Mangrove Snapper on Slack Tide - William Toney

July 27, 2021
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Mangrove snapper fishing is a popular activity, with the full moon being a good time to catch them. They can be found in rockpiles, wrecks, markers, and springs. On high tides, they can be found near jumping mullet and keeper snappers. Live shrimp can be used as bait, and eating mangrove snapper can be done using pecan flour or marinating in soy sauce.

The full moon is a good bite from one of my favorite fish to catch, the mangrove snapper. The Big Bends inshore mangrove snapper don't grow as big as our offshore snapper but there are days I've been surprised on light tackle. Mangrove snapper fishing can turn into a feeding frenzy so intense that you can get one on every cast and just as soon as it happens it can shut down. Rockpiles, wrecks, markers and springs are the best places to fish for them and can be caught from three feet of water out to 10.

Rocky points on high tides with jumping mullet will have redfish but will also have some keeper snappers. To see if any are there toss a live shrimp on a 2/0 Owner SSW bait hook and look for them close to the boat. Most of the time you can watch them eat the bait before you set the hook. The fish you catch will not be monsters but on light tackle a 12 to 14 inch mango will be a fun fight.

Moving tide is good but I've found that when the high tide comes to a stand ( slack ) the bite is at its best. The water is generally clear so you can see the fish and I use live shrimp for bait. Pinch the tail of the shrimp and thread a 1/8 oz. chartreuse jighead into the tail and push the point out of the bottom as the keeper part of the jighead penetrates the tail of the shrimp. Mangroves respond to chumming so use the shrimp tails to chum. If there is to much chum in the water It draws in undesirable species like puffer fish and catfish, so just a little is best.

Fishing Tips for Mangrove Snapper

  1. Understanding Moon Phases: While the full moon is indeed an excellent time to target Mangrove Snapper, it's also crucial to understand the behavior of these fish during different moon phases. During new moons, for example, the absence of moonlight can make snappers more active during the day, offering a different fishing experience.
  2. Tackle and Technique: Light tackle enhances the fight with Mangrove Snapper, making it more thrilling. When fishing inshore, consider using lighter lines and smaller hooks compared to offshore fishing. This not only provides a better fight but also suits the smaller size of inshore snappers.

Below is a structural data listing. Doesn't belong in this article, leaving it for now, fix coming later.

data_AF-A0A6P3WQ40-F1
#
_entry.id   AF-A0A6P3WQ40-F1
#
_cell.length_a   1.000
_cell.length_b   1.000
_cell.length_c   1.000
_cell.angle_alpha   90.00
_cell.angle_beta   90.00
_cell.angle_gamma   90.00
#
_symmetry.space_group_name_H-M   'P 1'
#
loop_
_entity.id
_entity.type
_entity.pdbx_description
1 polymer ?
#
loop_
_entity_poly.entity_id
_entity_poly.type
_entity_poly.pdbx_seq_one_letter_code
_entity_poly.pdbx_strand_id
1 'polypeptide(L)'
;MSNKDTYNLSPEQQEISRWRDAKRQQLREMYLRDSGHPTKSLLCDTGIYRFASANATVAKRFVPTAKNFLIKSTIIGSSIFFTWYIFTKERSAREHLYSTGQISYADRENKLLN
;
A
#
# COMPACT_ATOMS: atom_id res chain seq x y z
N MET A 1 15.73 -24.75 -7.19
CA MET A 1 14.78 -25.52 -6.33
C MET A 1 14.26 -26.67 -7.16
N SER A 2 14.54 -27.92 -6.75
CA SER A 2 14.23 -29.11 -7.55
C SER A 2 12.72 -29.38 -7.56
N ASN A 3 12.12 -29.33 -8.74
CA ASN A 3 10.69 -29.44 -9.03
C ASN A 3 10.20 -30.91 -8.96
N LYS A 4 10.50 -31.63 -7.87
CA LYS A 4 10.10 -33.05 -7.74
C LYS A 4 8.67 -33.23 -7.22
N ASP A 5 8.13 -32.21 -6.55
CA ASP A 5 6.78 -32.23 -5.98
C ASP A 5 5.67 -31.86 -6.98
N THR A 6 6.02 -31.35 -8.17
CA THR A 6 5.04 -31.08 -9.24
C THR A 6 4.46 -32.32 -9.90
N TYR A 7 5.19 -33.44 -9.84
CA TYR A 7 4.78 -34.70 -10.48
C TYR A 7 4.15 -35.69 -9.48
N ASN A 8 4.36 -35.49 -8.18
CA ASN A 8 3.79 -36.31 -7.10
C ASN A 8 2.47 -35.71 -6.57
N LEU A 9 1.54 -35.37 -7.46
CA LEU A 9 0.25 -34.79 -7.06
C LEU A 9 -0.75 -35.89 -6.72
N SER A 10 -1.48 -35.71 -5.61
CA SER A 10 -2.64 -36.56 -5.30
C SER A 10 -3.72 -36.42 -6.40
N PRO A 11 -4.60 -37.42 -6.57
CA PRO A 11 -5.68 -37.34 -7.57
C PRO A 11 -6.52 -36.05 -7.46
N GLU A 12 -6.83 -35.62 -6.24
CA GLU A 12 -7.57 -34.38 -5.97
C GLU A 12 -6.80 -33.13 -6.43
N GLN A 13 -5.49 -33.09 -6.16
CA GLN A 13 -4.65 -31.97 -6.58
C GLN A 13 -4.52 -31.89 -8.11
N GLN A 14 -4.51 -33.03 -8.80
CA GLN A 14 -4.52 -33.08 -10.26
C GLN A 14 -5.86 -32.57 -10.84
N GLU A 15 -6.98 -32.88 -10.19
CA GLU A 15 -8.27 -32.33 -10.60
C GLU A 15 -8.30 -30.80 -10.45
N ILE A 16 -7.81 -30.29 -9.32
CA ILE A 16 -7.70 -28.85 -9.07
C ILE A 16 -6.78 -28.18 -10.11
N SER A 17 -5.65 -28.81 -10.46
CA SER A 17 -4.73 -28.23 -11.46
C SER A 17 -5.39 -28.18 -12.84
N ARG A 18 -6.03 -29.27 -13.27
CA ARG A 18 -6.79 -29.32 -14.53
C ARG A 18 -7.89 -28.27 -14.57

3. Bait and Lures: Besides live shrimp, small pinfish or cut bait like sardines can be very effective. Artificial lures, especially those mimicking small fish or crustaceans, can also yield good results, especially when fishing around structures.
  4. Fishing Locations: Beyond the mentioned rockpiles, wrecks, markers, and springs, look for underwater structures like ledges or docks. These structures often harbor smaller fish and crustaceans, attracting Mangrove Snappers.
  5. Environmental Considerations: Be mindful of the habitat. Mangrove ecosystems are delicate, and responsible fishing practices help preserve these environments for future generations.

Culinary Delights with Mangrove Snapper

Two of my favorite ways to eat mangrove snapper is to use pecan flour and fry the fillets. Another great cooking method is to scale, gut and head the fish. Then make two to three cuts on it's side and marinate them in soy sauce for about 15 minutes. After that fry them in hot oil. No breading is needed. Peel the meat off and use a peanut ginger sauce to dip it in. High incoming tide will be in the afternoon this weekend.

  1. Pecan-Floured Fillets: Expanding on the pecan flour method, consider adding a blend of Cajun spices to the flour for an extra kick. Ensure the oil is at the right temperature (around 350°F) for a crispy, golden exterior without overcooking the delicate meat inside.
  2. Soy Sauce Marinade: For the soy sauce marinade, adding a touch of honey and a squeeze of lime can balance the saltiness of the soy sauce and add a layer of complexity to the flavor. Remember to pat the fish dry before frying to ensure a crispy skin.
  3. Sustainability in Cooking: It’s important to highlight sustainable cooking practices. Use every part of the fish to reduce waste. For instance, fish bones and heads can be used to make a rich, flavorful broth.
  4. Pairing and Presentation: Serve the cooked snapper with a side of seasonal vegetables or a light salad to complement the richness of the fish. Presenting the fish whole (especially when using the soy sauce method) can make for an impressive and rustic presentation.
  5. Alternative Cooking Methods: Besides frying, consider grilling or baking the snapper. Grilling over charcoal can impart a smoky flavor, while baking is a healthier option that retains the natural flavors of the fish.

In Closing

Catching and cooking Mangrove Snapper can be a rewarding experience for both novice and experienced anglers and cooks. Understanding their habits, respecting their habitat, and experimenting with different cooking techniques can elevate the experience from just fishing and eating to a more holistic appreciation of this wonderful species. Remember, the key to successful Mangrove Snapper fishing and cooking lies in patience, respect for nature, and a willingness to experiment.

Capt. William Toney

Homosassa Inshore Fishing

Captain William Toney In The Spread, Instructor
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